The Taste Test:  Pan-Grilled vs. Zapped

It all started when I told Scott I wanted a hot dog for dinner tonight.  I usually want a hot dog when I'm feeling lazy and carnivorous for processed pork.  Being the loving companion he is, Scott offered to make them for us.  That's when we came upon our first quandary:  to grill or to nuke?

I had grown up microwaving my hot dogs. I guess based on this fact you might conclude I was a lazy child.  And I'd grown very fond of the way a hot dog tastes when cooked with nuclear vapors.  So you can imagine my shock when my new husband takes out a frying pan, places it on our electric stove and throws two hot dogs in the center of it.  

THIS IS NOT HOW IT'S DONE.  Just another example of personal histories colliding violently under the backdrop of marital cohabitation.

I'll spare you the details of the conversation that followed, and just skip to the part where we decide that we'll each try one grilled and one microwaved hot dog, and see which one tastes better.

When I first saw how the grilled dogs were shaping up, it looked to me like they were suffering from some form of "casing" cancer.  I worried that this would make for a not so pleasing taste in my mouth.  I also worried that there was no water in the frying pan.  I pleaded with Scott to add a few drops to the pan so the dogs wouldn't scorch.  His reply:  "You don't put water on a grill, honey.  You shouldn't need it here either."  Whatever.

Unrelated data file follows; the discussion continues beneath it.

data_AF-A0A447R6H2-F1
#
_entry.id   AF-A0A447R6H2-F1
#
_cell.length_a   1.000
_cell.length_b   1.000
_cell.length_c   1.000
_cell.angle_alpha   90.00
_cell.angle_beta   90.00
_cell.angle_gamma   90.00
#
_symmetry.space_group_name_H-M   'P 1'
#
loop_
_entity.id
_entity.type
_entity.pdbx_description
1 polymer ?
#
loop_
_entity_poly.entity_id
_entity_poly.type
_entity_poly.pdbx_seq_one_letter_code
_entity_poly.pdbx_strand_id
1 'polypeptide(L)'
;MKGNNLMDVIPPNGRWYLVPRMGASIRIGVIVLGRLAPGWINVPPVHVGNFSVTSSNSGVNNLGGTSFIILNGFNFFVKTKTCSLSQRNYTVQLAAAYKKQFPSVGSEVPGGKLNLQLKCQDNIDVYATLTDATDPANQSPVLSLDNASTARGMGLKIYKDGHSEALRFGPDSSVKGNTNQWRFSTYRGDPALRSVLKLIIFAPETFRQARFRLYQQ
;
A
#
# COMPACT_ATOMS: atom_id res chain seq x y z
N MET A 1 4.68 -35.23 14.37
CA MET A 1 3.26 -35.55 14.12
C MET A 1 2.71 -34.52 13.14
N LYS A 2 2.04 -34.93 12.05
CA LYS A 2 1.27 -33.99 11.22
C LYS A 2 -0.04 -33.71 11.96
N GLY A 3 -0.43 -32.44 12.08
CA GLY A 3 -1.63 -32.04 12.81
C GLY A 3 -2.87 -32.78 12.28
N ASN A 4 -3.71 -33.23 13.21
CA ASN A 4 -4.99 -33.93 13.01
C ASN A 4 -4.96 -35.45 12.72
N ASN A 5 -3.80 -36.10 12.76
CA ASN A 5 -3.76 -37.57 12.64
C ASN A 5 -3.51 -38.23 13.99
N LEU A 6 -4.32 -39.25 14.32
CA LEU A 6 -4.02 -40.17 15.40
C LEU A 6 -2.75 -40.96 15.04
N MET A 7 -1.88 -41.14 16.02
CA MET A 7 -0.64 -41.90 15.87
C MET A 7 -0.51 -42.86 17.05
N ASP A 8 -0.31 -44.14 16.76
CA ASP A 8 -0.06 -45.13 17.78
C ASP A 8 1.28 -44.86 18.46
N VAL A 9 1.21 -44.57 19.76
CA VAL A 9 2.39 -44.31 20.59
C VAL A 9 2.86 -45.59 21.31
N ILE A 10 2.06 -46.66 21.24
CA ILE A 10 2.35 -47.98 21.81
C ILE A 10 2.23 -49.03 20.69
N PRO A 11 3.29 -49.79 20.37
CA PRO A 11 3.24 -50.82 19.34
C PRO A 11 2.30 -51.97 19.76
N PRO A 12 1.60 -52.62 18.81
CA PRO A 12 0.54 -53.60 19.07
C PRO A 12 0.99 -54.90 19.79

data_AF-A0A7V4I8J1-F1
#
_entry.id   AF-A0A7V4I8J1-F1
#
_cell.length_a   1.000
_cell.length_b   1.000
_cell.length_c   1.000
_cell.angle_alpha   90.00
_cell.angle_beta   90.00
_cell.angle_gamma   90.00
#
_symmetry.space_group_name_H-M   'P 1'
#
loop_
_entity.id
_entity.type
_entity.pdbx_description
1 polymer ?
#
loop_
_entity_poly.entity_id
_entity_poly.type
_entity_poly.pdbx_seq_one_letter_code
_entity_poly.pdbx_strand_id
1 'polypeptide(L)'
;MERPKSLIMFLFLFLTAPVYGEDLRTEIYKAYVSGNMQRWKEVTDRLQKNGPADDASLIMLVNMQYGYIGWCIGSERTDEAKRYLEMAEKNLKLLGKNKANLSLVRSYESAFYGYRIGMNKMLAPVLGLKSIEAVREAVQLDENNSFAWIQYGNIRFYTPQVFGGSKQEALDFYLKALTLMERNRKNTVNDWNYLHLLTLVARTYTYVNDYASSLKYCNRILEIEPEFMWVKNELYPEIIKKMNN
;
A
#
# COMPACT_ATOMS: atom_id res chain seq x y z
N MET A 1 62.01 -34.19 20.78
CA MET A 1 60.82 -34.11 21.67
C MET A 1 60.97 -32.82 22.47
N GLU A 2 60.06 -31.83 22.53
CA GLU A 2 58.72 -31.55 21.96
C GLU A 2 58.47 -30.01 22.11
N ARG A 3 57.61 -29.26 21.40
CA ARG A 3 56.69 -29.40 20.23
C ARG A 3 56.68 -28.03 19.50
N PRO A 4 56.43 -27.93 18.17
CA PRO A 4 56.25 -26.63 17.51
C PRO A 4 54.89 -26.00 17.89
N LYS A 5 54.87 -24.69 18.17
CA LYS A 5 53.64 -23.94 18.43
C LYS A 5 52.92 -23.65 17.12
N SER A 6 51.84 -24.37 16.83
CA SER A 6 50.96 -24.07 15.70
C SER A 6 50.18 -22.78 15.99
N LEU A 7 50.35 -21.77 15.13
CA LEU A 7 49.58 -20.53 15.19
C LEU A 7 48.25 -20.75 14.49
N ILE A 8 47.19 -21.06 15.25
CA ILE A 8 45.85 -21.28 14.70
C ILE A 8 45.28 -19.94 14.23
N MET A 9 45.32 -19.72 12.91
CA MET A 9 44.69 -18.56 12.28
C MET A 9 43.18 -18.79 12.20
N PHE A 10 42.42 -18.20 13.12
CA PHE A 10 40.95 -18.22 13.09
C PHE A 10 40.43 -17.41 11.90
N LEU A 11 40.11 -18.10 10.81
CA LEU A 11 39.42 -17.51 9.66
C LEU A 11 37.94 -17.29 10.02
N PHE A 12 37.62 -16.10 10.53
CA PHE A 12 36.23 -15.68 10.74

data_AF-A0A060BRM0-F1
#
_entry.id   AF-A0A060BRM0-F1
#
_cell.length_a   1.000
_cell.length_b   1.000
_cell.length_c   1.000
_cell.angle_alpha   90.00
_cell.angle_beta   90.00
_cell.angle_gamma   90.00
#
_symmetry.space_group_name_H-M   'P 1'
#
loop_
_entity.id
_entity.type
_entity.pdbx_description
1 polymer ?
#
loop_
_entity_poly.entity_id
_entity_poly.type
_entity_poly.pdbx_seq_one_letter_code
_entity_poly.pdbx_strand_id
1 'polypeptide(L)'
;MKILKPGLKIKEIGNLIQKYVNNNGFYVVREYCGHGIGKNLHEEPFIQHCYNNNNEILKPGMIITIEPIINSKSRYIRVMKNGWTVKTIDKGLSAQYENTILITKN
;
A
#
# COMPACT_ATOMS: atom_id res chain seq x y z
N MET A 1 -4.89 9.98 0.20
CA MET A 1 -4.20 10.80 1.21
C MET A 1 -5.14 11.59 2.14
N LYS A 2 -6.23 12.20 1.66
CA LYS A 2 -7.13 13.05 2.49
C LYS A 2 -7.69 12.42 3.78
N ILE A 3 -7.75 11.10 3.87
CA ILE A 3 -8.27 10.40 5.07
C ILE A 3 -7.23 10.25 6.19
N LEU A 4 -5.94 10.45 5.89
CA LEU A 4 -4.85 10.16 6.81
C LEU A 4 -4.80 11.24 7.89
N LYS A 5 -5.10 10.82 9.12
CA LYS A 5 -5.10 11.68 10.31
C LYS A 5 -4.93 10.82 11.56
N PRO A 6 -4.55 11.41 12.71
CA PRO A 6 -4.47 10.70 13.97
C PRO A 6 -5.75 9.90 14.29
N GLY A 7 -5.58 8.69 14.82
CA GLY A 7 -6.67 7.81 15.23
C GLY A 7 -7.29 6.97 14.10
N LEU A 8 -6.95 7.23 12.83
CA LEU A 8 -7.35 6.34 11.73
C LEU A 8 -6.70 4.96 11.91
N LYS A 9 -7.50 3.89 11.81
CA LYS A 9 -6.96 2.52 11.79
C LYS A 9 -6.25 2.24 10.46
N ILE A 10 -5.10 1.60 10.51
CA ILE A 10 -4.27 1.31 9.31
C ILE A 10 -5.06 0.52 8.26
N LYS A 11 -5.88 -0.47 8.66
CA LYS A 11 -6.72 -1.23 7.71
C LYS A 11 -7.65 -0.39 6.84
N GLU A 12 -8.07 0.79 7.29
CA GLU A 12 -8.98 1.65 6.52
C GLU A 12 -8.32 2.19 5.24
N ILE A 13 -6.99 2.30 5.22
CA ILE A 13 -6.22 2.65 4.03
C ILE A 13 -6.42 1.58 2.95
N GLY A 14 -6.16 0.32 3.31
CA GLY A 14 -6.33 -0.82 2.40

Next it was my turn.  I prepared the dogs the way I usually do by stabbing them with a fork and wrapping them in a paper towel.  

Then I monitored carefully, taking thorough notes:

The Results:

Scott noted that the dog from the frying pan had a nice, not too strong, char flavor to it.  The skin gave a satisfying crunch when you bit into it, not unlike a dog you eat right off the barbecue at a summer picnic.  He recommends a spicy mustard for a tasty condiment.

As for the microwaved dog, Scott was left a little underwhelmed (which didn't surprise me at all.)  The texture, according to him, was "spongey" and flimsy.  Aside from the benefit of cooking a hot dog quickly, Scott concluded that a pan-grilled hot dog was "the clear choice."

After trying both dogs myself, I reluctantly had to agree.


So maybe the reason why I preferred nuked dogs all this time had more to do with convenience than flavor.  But bottom line, Scott and I both will tell you, if you want a yummy dog, but it's too cold for a barbecue, don't 'wave it.  Grill it.  It's the clear choice.